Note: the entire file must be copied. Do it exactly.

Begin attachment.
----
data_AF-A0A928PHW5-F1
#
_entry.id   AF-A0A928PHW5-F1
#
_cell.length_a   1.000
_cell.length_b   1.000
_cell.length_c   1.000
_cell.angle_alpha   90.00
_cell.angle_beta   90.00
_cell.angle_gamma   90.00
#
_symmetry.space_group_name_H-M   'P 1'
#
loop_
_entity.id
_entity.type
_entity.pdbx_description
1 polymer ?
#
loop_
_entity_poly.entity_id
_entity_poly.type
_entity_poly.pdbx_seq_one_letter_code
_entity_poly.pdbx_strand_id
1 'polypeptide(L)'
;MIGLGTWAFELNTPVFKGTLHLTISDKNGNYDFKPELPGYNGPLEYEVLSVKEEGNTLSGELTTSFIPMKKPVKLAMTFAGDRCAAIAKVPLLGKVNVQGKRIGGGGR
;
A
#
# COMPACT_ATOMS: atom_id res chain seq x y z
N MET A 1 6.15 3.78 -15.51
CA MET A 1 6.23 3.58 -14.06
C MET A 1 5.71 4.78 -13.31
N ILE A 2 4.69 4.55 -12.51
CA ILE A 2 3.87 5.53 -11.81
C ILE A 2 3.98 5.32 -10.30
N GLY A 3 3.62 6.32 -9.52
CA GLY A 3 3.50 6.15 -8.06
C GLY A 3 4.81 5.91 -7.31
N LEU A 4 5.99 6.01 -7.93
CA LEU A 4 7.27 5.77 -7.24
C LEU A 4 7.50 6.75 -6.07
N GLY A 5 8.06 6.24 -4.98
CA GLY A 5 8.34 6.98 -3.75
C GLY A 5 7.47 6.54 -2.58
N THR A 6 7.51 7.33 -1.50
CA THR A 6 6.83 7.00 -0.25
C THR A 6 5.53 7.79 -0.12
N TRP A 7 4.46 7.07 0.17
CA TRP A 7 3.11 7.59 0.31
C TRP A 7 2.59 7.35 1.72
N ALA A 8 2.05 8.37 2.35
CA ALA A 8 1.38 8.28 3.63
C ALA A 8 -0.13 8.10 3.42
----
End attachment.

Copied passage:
data_AF-A0A928PHW5-F1
#
_entry.id   AF-A0A928PHW5-F1
#
_cell.length_a   1.000
_cell.length_b   1.000
_cell.length_c   1.000
_cell.angle_alpha   90.00
_cell.angle_beta   90.00
_cell.angle_gamma   90.00
#
_symmetry.space_group_name_H-M   'P 1'
#
loop_
_entity.id
_entity.type
_entity.pdbx_description
1 polymer ?
#
loop_
_entity_poly.entity_id
_entity_poly.type
_entity_poly.pdbx_seq_one_letter_code
_entity_poly.pdbx_strand_id
1 'polypeptide(L)'
;MIGLGTWAFELNTPVFKGTLHLTISDKNGNYDFKPELPGYNGPLEYEVLSVKEEGNTLSGELTTSFIPMKKPVKLAMTFAGDRCAAIAKVPLLGKVNVQGKRIGGGGR
;
A
#
# COMPACT_ATOMS: atom_id res chain seq x y z
N MET A 1 6.15 3.78 -15.51
CA MET A 1 6.23 3.58 -14.06
C MET A 1 5.71 4.78 -13.31
N ILE A 2 4.69 4.55 -12.51
CA ILE A 2 3.87 5.53 -11.81
C ILE A 2 3.98 5.32 -10.30
N GLY A 3 3.62 6.32 -9.52
CA GLY A 3 3.50 6.15 -8.06
C GLY A 3 4.81 5.91 -7.31
N LEU A 4 5.99 6.01 -7.93
CA LEU A 4 7.27 5.77 -7.24
C LEU A 4 7.50 6.75 -6.07
N GLY A 5 8.06 6.24 -4.98
CA GLY A 5 8.34 6.98 -3.75
C GLY A 5 7.47 6.54 -2.58
N THR A 6 7.51 7.33 -1.50
CA THR A 6 6.83 7.00 -0.25
C THR A 6 5.53 7.79 -0.12
N TRP A 7 4.46 7.07 0.17
CA TRP A 7 3.11 7.59 0.31
C TRP A 7 2.59 7.35 1.72
N ALA A 8 2.05 8.37 2.35
CA ALA A 8 1.38 8.28 3.63
C ALA A 8 -0.13 8.10 3.42